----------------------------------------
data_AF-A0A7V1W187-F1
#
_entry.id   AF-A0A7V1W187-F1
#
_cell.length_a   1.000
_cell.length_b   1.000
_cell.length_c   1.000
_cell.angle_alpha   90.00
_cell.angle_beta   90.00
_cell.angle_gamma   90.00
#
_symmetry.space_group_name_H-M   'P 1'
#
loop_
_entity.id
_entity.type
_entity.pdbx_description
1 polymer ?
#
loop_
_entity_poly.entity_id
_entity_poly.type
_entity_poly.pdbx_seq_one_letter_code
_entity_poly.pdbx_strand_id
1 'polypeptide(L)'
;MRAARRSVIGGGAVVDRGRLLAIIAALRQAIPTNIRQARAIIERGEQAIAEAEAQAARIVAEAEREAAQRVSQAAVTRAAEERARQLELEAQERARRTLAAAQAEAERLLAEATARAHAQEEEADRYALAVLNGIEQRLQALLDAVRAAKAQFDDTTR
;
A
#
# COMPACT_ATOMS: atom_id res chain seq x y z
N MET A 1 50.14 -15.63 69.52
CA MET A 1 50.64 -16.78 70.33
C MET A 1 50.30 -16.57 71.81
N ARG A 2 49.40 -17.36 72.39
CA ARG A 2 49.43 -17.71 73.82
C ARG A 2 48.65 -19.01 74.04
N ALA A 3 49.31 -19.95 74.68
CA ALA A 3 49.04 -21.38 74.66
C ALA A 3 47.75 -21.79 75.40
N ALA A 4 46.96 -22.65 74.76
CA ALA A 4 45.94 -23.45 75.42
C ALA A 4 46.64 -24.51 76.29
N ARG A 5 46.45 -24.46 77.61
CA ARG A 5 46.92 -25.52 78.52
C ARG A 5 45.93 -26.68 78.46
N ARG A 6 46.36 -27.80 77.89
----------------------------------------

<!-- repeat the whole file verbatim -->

data_AF-A0A7V1W187-F1
#
_entry.id   AF-A0A7V1W187-F1
#
_cell.length_a   1.000
_cell.length_b   1.000
_cell.length_c   1.000
_cell.angle_alpha   90.00
_cell.angle_beta   90.00
_cell.angle_gamma   90.00
#
_symmetry.space_group_name_H-M   'P 1'
#
loop_
_entity.id
_entity.type
_entity.pdbx_description
1 polymer ?
#
loop_
_entity_poly.entity_id
_entity_poly.type
_entity_poly.pdbx_seq_one_letter_code
_entity_poly.pdbx_strand_id
1 'polypeptide(L)'
;MRAARRSVIGGGAVVDRGRLLAIIAALRQAIPTNIRQARAIIERGEQAIAEAEAQAARIVAEAEREAAQRVSQAAVTRAAEERARQLELEAQERARRTLAAAQAEAERLLAEATARAHAQEEEADRYALAVLNGIEQRLQALLDAVRAAKAQFDDTTR
;
A
#
# COMPACT_ATOMS: atom_id res chain seq x y z
N MET A 1 50.14 -15.63 69.52
CA MET A 1 50.64 -16.78 70.33
C MET A 1 50.30 -16.57 71.81
N ARG A 2 49.40 -17.36 72.39
CA ARG A 2 49.43 -17.71 73.82
C ARG A 2 48.65 -19.01 74.04
N ALA A 3 49.31 -19.95 74.68
CA ALA A 3 49.04 -21.38 74.66
C ALA A 3 47.75 -21.79 75.40
N ALA A 4 46.96 -22.65 74.76
CA ALA A 4 45.94 -23.45 75.42
C ALA A 4 46.64 -24.51 76.29
N ARG A 5 46.45 -24.46 77.61
CA ARG A 5 46.92 -25.52 78.52
C ARG A 5 45.93 -26.68 78.46
N ARG A 6 46.36 -27.80 77.89